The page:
For each character that appears five times
In fives, create or update the list associated with the character: add i
Set flag to true, indicating that there was a new potential key generated
If flag is true
For each key in fives
Set matches to an empty list
For each value in the key's associated list
Find the corresponding key in threes
For each value in the key's associated list
If the value in fives list minus the value in threes list is less than 1000 and greater than 0
Add the value in threes to keys
Add the value in threes to matches
For each value in matches
Delete that value from the list associated with the current key in threes
Set flag to false
Increment index by 1

Return the 64th item in keys
``````

### Testing my key-finder algorithm

I used `abc` as my input string.

Round 1

• My keys list had tons of values, all in the low thousands!
• That's because I forgot to set `flag` to `false`

Round 2

• My keys list had tons of values, all in the slightly higher thousands!
• That's because I forgot the condition about the difference between indices being `greater than 0`

Round 3

• My keys list had 67 values in it!
• I guess that's ok, since multiple values could have been added when a new `five-in-a-row` hash was found
• But the expected 64th key was not `22728`
• That key was at index 59

Rounds 4+

• I displayed the two indices being compared for each matched key pair, to confirm they were between 0 and 1000 apart: they were
• I displayed the character that should be 3- and 5-in-a-row, and both hashes, to confirm my regular expressions were working correctly: they were
• I was stumped as to why `22728` wasn't the 64th key
• Other than I must not be catching all the matching keys - there must be 5 keys I'm missing
• But I'm certain that I'm catching all keys with `exactly` 3- and 5-in-a-row!

### Thanks again, reddit solver

• When I'm stumped, I turn to the reddit Solution Megathread
• Thankfully for this puzzle, one solver pasted their JavaScript code
• My intention was to run it, capture all 64 keys, and compare to my list of keys - expecting mine to be missing 5

Indeed, these keys (with their hashes) were missing from my list:

``````534     4fc7df57777400b3eeef5350a6eecbdf
1144    2e65dc4b3a55644440750cb643d3547c
8189    cc1111a7b059f0326fe4d4fc96fb50d3
8205    3dbee9bccf49a50000346e221d54bb93
8375    f11113032a16c4dfefcaa1d3eb43357c
8811    c3d313e7a72ea2111114dd4963979596
``````

### Exactly!

• Each key has a character that appears 4 or 5 times in a row, not exactly 3

It contains three of the same character in a row, like 777

• No declaration of `exactly`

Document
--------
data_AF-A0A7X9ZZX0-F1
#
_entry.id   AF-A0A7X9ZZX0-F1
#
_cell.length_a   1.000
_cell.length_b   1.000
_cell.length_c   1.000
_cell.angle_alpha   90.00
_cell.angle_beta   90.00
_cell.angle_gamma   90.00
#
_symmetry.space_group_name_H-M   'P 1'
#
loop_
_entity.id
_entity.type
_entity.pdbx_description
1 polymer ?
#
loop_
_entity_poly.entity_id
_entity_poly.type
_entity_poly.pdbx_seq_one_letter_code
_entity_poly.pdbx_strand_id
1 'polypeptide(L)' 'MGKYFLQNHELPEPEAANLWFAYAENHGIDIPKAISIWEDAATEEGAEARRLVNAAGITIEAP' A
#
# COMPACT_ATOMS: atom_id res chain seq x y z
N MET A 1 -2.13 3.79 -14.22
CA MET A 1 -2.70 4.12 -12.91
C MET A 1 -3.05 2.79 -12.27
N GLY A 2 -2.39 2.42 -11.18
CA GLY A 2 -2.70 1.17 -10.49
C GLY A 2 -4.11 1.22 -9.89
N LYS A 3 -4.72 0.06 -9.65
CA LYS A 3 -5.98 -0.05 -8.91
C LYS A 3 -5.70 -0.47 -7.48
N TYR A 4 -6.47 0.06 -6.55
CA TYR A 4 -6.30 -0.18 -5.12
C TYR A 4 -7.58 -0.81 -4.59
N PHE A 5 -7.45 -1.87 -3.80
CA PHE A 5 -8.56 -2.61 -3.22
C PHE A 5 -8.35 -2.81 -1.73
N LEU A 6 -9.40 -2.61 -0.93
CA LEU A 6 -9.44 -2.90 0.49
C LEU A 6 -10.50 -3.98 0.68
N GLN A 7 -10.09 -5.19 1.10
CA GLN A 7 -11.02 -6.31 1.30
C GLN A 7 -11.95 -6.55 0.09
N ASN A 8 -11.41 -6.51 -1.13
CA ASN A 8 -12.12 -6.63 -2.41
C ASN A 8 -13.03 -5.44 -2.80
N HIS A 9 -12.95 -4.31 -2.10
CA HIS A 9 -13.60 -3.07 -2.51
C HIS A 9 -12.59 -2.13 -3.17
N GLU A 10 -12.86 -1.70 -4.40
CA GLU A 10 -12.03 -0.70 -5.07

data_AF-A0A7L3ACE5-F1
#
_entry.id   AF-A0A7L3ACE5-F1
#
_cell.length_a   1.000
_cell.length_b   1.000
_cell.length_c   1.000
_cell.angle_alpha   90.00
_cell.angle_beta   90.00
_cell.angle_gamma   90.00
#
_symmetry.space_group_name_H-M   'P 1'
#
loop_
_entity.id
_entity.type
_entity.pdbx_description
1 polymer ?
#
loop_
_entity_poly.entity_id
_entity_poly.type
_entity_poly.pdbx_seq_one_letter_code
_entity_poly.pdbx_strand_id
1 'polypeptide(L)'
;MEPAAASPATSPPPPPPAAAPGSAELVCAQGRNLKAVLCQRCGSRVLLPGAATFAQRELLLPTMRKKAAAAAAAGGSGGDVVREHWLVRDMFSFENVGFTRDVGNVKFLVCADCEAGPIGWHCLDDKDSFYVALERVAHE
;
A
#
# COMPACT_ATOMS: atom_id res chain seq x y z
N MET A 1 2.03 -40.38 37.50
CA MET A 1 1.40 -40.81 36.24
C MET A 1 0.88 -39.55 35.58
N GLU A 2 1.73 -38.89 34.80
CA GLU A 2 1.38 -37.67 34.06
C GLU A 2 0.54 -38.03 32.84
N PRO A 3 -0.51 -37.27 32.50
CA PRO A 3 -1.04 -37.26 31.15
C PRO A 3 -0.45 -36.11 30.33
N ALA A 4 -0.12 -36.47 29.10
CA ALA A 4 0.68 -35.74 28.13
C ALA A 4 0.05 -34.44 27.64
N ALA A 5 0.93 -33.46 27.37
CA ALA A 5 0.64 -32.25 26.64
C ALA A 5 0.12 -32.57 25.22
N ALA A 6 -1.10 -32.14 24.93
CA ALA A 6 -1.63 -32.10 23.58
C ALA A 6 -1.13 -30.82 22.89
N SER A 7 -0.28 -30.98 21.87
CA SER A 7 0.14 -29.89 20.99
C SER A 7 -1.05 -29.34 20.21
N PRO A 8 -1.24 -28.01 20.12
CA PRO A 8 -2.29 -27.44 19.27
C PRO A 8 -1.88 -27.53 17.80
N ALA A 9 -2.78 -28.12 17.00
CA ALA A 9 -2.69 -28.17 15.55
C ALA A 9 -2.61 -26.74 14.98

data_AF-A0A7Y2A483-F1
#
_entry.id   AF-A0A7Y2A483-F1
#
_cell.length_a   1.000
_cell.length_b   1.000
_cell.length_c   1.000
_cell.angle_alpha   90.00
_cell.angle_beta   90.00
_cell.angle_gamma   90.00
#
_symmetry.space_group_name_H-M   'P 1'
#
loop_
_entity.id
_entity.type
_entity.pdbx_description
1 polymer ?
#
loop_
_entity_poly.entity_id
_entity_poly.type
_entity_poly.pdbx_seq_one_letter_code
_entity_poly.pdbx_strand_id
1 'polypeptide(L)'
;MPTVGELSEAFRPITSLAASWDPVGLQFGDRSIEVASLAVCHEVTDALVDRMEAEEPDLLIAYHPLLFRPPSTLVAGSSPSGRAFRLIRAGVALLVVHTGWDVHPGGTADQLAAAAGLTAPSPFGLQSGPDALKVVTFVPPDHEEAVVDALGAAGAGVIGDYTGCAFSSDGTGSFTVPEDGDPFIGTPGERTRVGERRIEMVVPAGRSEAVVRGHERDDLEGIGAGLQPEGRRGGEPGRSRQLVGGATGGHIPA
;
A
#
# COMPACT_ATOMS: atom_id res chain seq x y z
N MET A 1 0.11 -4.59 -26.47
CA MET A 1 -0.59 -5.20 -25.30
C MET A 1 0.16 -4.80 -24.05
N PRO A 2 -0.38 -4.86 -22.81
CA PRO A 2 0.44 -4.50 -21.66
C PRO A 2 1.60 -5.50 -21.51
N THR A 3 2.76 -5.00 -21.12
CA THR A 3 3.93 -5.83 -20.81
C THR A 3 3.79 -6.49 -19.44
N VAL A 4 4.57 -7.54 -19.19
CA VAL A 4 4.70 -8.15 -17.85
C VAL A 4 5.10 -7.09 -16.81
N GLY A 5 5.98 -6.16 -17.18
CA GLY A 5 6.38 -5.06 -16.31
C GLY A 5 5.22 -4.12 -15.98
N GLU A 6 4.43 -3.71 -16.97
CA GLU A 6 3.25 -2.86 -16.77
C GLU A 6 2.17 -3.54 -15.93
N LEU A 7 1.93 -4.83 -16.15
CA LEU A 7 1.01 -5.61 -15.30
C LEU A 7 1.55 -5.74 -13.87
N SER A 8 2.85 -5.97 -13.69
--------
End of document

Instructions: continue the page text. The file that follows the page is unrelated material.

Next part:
One of the next 1000 hashes in the stream contains that same character five times in a row, like 77777

• No declaration of `exactly`

My regular expressions were being too particular!

I feel delighted for two reasons:

• I discovered what my algorithm was doing wrong
• I kind of solved this puzzle on extra-hard mode at first, didn't I?

### Way less code for a way more correct answer

When attempting to match `exactly` three in a row, my JavaScript looked like this:

``````let matches = [...hash.matchAll(/(.)\1{2}/g)].map(el => el[1])
.filter(match => {
let regex = new RegExp(
`(?<!\${match})(\${match})\\1\\1(?!\${match})`
)
let pass = hash.match(regex)
return pass ? true : false
})
``````

Without the need for an exact amount, it looks like this:

``````let match = hash.match(/(.)\1{2}/)
``````

My five in a row algorithm had an even bigger reduction in code because after the `filter()` was a `forEach()`!

With just that change, I ran my program again using `abc` as the input string:

• `22728` was the `64`th key!

Then I ran it on my puzzle input string

• I got the correct answer!

## Part 2

1. Hmm, I wonder how long this will take now
2. One update, then the moment of truth

### Hmm, I wonder how long this will take now

Approximately 24K times, my algorithm:

• Generates a hash
• Tests it using two regular expressions
• Often looks up and adds a value to a list associated with a key in a dictionary
• And less often iterates through all keys and their values in one dictionary, a particular key and all of its values in another dictionary, and ultimately adds a few values to a list

That feels like a couple hundred-thousand operations.

Now, multiply the first bullet by 2017.

That feels like millions - if not 10s or 100s of millions - of operations.

I can only hope my algorithm finishes in under...say...15 seconds?

### One update, then the moment of truth

``````let hash = MD5(salt + index).toString()
``````

I need this:

``````let hash = MD5(salt + index).toString()
for (let i = 0; i < 2016; i++) {
hash = MD5(hash).toString()
}
``````

Now for the moment of truth using the example input string:

• Pressed 'Run'
• Waited a minute...seeing nothing still
• Stopped
• Added a line to show the list of keys any time a new five-in-a-row match was found
• Pressed 'Run' again
• Saw some outputs!

Kept waiting...

Several minutes now...seeing more keys in the list!

Nearly 10 minutes later:

Yikes! 10 minutes!

Well, as long as it finished.

Now for the moment of truth using my input string:

• Pressed 'Run'

Over 20 minutes later:

Yikes! Over 20 minutes!

## I did it!!

• I solved both parts!
• I wrote too exacting of an algorithm for Part 1 using some new regular expression syntax!
• I feel like my Part 1 algorithm is clever in its approach
• My Part 1 algorithm terminates in under 2 seconds!
• My Part 2 algorithm finishes.......eeeevvveeennntttuuuaaalllyyy...

This puzzle was `exactly` what I needed as a reminder to not misread - or incorrectly interpret - the constraints - or lack thereof - for a puzzle.

I could have finished a lot sooner had I not been so exacting.

That's ok, though. It means I'll remember this puzzle longer than had I approached it correctly from the onset, right?